The mother of a Portales High School student at the center of charges against former city police officer Victor Castillo told the court her daughter dreamed of becoming a police officer.
She said her then 16-year-old daughter's sexual relationship last year with Castillo shattered her trust of law enforcement officials and led to thoughts of suicide.
"He has taken everything from us," said the victim's mother gasping for breath through cries, at a sentencing trial Monday for Castillo. "Any respect we've had for people we thought were to protect us is gone."
At the end of emotional pleas from the victim's mother and Castillo's family, District Judge Donna Mowrer ordered Castillo, 46, to serve 25 years in prison after pleading guilty to maintaining a sexual relationship with the victim among other charges.
Castillo was a school resource officer at the time.
Castillo signed a plea and disposition agreement, pleading guilty to 17 of 34 charges, which include sexual exploitation of a child, criminal sexual contact of a minor, criminal sexual penetration of a minor and tampering with evidence.
Ninth Judicial District Attorney Matt Chandler briefed Mowrer about the investigation of Castillo and the incidents that took place with the victim that prompted the investigation.
Chandler told Mowrer state police launched an investigation after being informed of a party that took place in Castillo's home northwest of Clovis, which involved the sexual activity of minors.
Castillo's cell phone was confiscated in light of the investigation and sent to a forensic lab in Albuquerque where 10,000 deleted photos and three videos were recovered from the phone, including more than a dozen sexually explicit pictures, according to Chandler.
Chandler disclosed journal entries from the victim that described a sexual relationship with Castillo last July on three separate occasions. Each time, Castillo was in uniform and visited the victim in his patrol unit, according to Chandler.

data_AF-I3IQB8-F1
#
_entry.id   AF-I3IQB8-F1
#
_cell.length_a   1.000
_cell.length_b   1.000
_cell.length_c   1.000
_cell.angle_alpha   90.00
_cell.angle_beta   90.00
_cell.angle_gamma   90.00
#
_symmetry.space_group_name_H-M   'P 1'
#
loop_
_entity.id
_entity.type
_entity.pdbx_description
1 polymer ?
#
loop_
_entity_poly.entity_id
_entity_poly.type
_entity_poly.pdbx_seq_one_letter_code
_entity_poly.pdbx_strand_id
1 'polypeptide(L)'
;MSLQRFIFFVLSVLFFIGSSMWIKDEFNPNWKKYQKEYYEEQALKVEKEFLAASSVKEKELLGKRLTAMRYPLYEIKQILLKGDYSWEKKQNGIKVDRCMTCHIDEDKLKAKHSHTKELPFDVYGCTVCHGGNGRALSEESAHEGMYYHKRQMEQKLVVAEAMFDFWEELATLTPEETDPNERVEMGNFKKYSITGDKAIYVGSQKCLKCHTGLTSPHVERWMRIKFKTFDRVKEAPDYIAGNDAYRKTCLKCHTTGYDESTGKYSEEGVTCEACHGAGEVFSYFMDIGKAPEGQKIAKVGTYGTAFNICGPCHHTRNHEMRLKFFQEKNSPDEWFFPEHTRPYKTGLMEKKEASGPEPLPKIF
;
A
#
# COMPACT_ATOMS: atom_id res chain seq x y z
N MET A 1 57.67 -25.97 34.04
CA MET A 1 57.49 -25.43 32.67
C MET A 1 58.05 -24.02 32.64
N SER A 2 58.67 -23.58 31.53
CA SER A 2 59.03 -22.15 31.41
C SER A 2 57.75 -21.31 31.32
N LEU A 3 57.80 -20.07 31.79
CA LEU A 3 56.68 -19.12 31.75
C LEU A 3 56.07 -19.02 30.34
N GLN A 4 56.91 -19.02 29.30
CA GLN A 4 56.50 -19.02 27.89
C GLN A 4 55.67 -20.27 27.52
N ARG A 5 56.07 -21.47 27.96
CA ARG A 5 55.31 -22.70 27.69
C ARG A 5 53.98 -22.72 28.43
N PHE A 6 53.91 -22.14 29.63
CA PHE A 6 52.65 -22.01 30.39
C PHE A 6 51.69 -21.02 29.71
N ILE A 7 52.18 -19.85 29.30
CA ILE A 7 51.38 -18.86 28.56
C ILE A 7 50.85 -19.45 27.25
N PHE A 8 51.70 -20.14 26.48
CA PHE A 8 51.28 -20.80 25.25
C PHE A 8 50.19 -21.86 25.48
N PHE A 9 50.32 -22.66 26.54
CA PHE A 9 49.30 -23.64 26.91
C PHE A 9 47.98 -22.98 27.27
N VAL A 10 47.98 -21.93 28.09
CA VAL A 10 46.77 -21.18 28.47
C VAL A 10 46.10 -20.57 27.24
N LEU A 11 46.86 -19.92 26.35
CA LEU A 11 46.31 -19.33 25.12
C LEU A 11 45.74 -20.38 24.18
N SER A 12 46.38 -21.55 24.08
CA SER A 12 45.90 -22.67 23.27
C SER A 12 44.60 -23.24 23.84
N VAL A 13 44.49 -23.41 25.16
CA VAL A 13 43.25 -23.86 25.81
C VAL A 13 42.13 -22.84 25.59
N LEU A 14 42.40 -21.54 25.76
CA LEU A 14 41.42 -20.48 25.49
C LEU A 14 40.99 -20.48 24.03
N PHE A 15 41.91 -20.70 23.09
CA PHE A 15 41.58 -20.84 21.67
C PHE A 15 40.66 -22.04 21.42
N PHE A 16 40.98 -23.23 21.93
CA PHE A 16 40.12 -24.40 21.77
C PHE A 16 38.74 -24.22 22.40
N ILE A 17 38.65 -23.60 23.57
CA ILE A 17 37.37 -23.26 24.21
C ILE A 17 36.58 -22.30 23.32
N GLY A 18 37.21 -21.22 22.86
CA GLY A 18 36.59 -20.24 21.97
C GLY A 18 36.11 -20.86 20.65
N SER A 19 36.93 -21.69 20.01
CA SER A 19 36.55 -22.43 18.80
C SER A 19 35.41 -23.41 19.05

Chandler said the victim also admitted to sending Castillo sexually explicit photos and videos and that she initially did not tell the truth about the relationship because she was afraid she would get Castillo in trouble.
"He used his position of authority to gain trust from this child," Chandler told Mowrer.
Chandler read from one of the victim's journal entries that said the victim believed a relationship between a 16-year-old and 45-year-old (the age of Castillo at the time of their relationship) is OK.
"It shows the lack of maturity of her age and the way she was exploited as a child," Chandler said. "You cannot fix this, this is beyond rehabilitation. I believe 27 years in the department of corrections would be just."
Chandler Blair, Castillo's attorney, said there's no way to make light or lessen the seriousness of the charges against his client, but said Castillo has dedicated his life to serving others.
"He's a hometown kid," said Blair of Castillo, who grew up in Clovis. "He played baseball. He played football. He joined the (U.S.) Army and he has a total of 10 years of military service."
Blair also pointed out that this was Castillo's first offense and says his client has been diagnosed with post-traumatic stress disorder (PTSD), which has affected him badly and the decisions he's made.
"It's not his intent to be a lifelong criminal," Blair said. "He's realized he's wrong. He wants to get some help … Somehow I believe he's better than the worst thing he's done in his life."
Blair also requested a 60-day professional evaluation by a psychiatrist of Castillo before he serves his sentence.
Travis Castillo, a special education teacher, spoke on his father's behalf. He said what his father did was wrong but it's not in his character to hurt people.
"I got in a lot of trouble. He always made sure I stayed on the right side," Travis Castillo said. "I just ask you offer up a fair amount and see things work out and get fixed. I'll stand by him through everything."
Victor Castillo also gave one last plea before sentencing, apologizing to the victim's family and talking about his Army experience.
"I served my country, it was hard in Iraq," Castillo said. "You didn't know if you were gonna make the next day or not."
Castillo continued, "I take responsibility for the things that happened and I can't change or help what I did ma'am," he told Mowrer. "The plans I have is to get treatment."
Mowrer took about 15 minutes before returning with Castillo's 25-year sentence.
"Thus far, this is the worst thing you've done in your life," Mowrer told Castillo. "You were the adult in the situation and you've manipulated that for your benefit."